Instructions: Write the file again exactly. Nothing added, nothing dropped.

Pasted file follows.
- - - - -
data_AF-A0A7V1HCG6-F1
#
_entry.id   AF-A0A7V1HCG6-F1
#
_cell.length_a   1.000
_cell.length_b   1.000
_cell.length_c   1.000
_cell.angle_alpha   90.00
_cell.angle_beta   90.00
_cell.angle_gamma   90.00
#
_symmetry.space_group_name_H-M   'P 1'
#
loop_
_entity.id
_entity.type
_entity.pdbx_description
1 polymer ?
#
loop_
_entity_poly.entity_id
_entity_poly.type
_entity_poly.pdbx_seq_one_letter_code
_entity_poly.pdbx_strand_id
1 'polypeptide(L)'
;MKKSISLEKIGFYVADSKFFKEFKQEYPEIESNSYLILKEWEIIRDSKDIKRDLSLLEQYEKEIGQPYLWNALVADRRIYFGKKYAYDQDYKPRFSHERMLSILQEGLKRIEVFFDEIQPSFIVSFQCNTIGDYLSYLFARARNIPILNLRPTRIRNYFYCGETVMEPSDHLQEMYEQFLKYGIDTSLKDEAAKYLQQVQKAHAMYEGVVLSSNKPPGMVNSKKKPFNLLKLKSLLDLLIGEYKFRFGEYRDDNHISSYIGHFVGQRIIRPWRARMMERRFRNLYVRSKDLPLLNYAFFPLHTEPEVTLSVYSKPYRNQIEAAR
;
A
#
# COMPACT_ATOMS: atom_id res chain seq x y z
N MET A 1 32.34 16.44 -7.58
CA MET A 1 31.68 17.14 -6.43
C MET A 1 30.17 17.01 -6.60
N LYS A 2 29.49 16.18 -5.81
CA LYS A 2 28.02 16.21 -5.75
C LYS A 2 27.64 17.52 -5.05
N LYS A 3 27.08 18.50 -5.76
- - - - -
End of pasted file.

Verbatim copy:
data_AF-A0A7V1HCG6-F1
#
_entry.id   AF-A0A7V1HCG6-F1
#
_cell.length_a   1.000
_cell.length_b   1.000
_cell.length_c   1.000
_cell.angle_alpha   90.00
_cell.angle_beta   90.00
_cell.angle_gamma   90.00
#
_symmetry.space_group_name_H-M   'P 1'
#
loop_
_entity.id
_entity.type
_entity.pdbx_description
1 polymer ?
#
loop_
_entity_poly.entity_id
_entity_poly.type
_entity_poly.pdbx_seq_one_letter_code
_entity_poly.pdbx_strand_id
1 'polypeptide(L)'
;MKKSISLEKIGFYVADSKFFKEFKQEYPEIESNSYLILKEWEIIRDSKDIKRDLSLLEQYEKEIGQPYLWNALVADRRIYFGKKYAYDQDYKPRFSHERMLSILQEGLKRIEVFFDEIQPSFIVSFQCNTIGDYLSYLFARARNIPILNLRPTRIRNYFYCGETVMEPSDHLQEMYEQFLKYGIDTSLKDEAAKYLQQVQKAHAMYEGVVLSSNKPPGMVNSKKKPFNLLKLKSLLDLLIGEYKFRFGEYRDDNHISSYIGHFVGQRIIRPWRARMMERRFRNLYVRSKDLPLLNYAFFPLHTEPEVTLSVYSKPYRNQIEAAR
;
A
#
# COMPACT_ATOMS: atom_id res chain seq x y z
N MET A 1 32.34 16.44 -7.58
CA MET A 1 31.68 17.14 -6.43
C MET A 1 30.17 17.01 -6.60
N LYS A 2 29.49 16.18 -5.81
CA LYS A 2 28.02 16.21 -5.75
C LYS A 2 27.64 17.52 -5.05
N LYS A 3 27.08 18.50 -5.76